A sampling of comments on Pausanias: 1.20.4–1.21.3

2018.02.21 | By Gregory Nagy

I continue from where I left off in Classical Inquiries 2018.02.01. I focus here on a myth, highlighted by Pausanias at 1.21.3, about the eternal weeping of Niobe, petrified in her grief over the killing of her children by the twin divinities Apollo and Artemis. I show here on the cover page a close-up from a modern painting that pictures this Niobe as a towering rock with the craggy face-yes, face-of a grieving woman whose sunken eyes are flooded with tears transformed into an eternal flow of fresh water pouring down from the mountainous heights above. Pausanias at 1.21.3 refers to this myth as he sees it visualized in artwork adorning a grotto embedded in the South Wall of the Acropolis and looming over the Theater of Dionysus. At this point, our traveler pauses for a moment to reminisce about a version of the myth that was local to his own homeland in Asia Minor, at Mount Sipylos near the city of Magnesia. Pausanias tells about a spectacular sight to be seen there: it is a natural rock formation that conjures, he notes guardedly, the sad profile of the eternally weeping Niobe.

Scheiner_325

 

Niobe, by Artuš Scheiner (Bohemian/Czech, 1863–1938). In Logan Marshall, Myths and legends of all nations (Philadelphia, 1914). Image via Project Gutenberg.
Niobe, by Artuš Scheiner (Bohemian/Czech, 1863–1938). In Logan Marshall, Myths and legends of all nations (Philadelphia, 1914). Image via Project Gutenberg.

 

The Weeping Rock of Mount Sipylus. Image via Wikimedia Commons.
The Weeping Rock of Mount Sipylus. Image via Wikimedia Commons.

 

Here I show not only the close-up but also the full picture of the modern painting—and immediately below that a photograph of the natural rock formation. I show other modern versions further below. I will have more to say about the myth of Niobe when I get to my comment on the translation for Pausanias 1.21.3.

{1.20.4} translation by Jones 1918, modified by GN 2018.02.21:

Near the sanctuary [hieron] of Dionysus and the theater is a structure that is said to be a replica [mīmēsis] of the tent [skēnē] of Xerxes. It has been rebuilt, for the old building was burned down by the Roman general [stratēgos] Sulla when he captured Athens.[1] The cause [aitiā] of the war was this. Mithridates was king over the barbarians [barbaroi] around the Black Sea [Pontos Euxeinos]. Now his pretext [prophasis] for making war against the Romans, and how he crossed into Asia [Minor], and what cities he took by force of arms or made his friends, I must leave for those to find out who wish to know the things concerning Mithridates. What I will highlight here is the capture of Athens.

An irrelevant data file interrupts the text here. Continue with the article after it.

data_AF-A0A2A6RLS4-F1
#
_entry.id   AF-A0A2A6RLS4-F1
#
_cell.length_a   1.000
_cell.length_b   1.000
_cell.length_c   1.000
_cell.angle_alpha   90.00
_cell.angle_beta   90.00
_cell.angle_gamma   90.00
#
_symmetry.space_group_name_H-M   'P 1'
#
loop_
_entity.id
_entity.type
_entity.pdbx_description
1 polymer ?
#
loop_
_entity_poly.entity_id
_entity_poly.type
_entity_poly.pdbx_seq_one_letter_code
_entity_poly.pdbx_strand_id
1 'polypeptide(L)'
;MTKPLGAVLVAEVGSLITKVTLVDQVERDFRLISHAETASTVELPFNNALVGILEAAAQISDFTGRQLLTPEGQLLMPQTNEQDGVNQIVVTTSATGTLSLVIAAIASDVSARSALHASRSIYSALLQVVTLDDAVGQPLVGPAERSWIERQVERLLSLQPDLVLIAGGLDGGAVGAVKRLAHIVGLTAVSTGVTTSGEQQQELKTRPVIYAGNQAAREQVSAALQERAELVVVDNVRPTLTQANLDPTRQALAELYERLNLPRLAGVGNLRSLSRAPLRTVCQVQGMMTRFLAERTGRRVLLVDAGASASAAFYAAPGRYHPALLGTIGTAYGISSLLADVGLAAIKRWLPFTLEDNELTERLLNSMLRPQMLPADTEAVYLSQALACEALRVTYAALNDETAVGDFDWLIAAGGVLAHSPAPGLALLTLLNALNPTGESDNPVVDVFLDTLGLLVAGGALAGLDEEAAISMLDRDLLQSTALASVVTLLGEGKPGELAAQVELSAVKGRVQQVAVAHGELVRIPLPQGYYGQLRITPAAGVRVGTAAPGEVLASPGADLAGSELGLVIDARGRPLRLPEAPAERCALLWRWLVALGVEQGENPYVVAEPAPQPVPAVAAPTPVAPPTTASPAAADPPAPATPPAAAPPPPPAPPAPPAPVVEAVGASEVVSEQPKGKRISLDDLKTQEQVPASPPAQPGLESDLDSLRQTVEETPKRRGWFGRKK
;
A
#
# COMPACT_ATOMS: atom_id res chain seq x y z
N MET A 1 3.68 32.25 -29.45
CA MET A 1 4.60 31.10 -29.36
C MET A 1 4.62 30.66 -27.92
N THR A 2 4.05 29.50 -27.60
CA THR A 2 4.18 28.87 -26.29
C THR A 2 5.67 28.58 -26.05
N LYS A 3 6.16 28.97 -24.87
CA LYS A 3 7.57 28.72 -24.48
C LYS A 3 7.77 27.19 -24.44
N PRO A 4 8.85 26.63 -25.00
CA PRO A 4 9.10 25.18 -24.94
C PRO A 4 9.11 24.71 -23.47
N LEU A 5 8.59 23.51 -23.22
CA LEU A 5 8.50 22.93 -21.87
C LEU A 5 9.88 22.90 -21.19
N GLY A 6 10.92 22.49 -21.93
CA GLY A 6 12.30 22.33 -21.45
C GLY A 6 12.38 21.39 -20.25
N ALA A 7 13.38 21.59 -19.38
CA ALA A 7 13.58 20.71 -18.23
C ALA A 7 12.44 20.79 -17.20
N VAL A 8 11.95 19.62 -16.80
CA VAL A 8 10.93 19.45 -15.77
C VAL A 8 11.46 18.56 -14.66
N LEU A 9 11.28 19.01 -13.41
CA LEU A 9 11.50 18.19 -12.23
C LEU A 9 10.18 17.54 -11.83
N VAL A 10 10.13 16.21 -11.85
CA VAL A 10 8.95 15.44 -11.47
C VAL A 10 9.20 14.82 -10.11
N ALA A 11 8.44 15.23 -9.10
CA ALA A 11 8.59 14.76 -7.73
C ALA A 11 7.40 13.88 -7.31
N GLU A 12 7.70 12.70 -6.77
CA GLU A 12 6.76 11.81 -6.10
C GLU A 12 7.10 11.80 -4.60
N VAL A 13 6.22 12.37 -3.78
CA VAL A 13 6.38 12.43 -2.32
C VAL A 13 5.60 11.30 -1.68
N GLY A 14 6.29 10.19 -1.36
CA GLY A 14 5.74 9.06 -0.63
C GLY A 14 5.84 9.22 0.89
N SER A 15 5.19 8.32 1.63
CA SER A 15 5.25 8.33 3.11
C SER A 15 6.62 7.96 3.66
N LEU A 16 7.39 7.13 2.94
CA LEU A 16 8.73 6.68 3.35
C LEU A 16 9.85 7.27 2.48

{1.20.4} subject heading(s): Odeum of Pericles; mīmēsis ‘replica’; tent [skēnē] of Xerxes; aitiā ‘cause’

The building next to the Theater of Dionysus, rebuilt after its destruction in first century BCE, is none other than the Odeum of Pericles, a spectacular structure that projected the glories of the Athenian Empire as the cultural heir of the Persian Empire of Xerxes. It was this ideological projection that inspired the builders of this building to give it a shape that re-enacted, as it were, the Great Tent of the King of Kings. I comment at length in HC 4§§115–124, 174–180, especially with reference to Plutarch Pericles 13.6-15. I offer here an epitome of HC4§178:

The idea of the Odeum as a visual imitation of the Skēnē or ‘Tent’ of the Great King of the Persian empire, as described in Plutarch’s Pericles, is a most fitting expression of imperial prestige. The Odeum, as the ‘Scene’ for the monumental Panathenaic performances of Homer in the age of Pheidias, was monumental in its own right. On the inside, its “forest of columns” matched the spectacular effect achieved at the Telestērion or Great Hall of Initiation at Eleusis. In fact, the Odeum was even more spacious than the Great Hall, and the enormous seating capacity of such a monumental building made it a most fitting venue for spectacular events of state, including juridical and political assemblies.

{1.20.5} translation by Jones 1918, modified by GN 2018.02.21: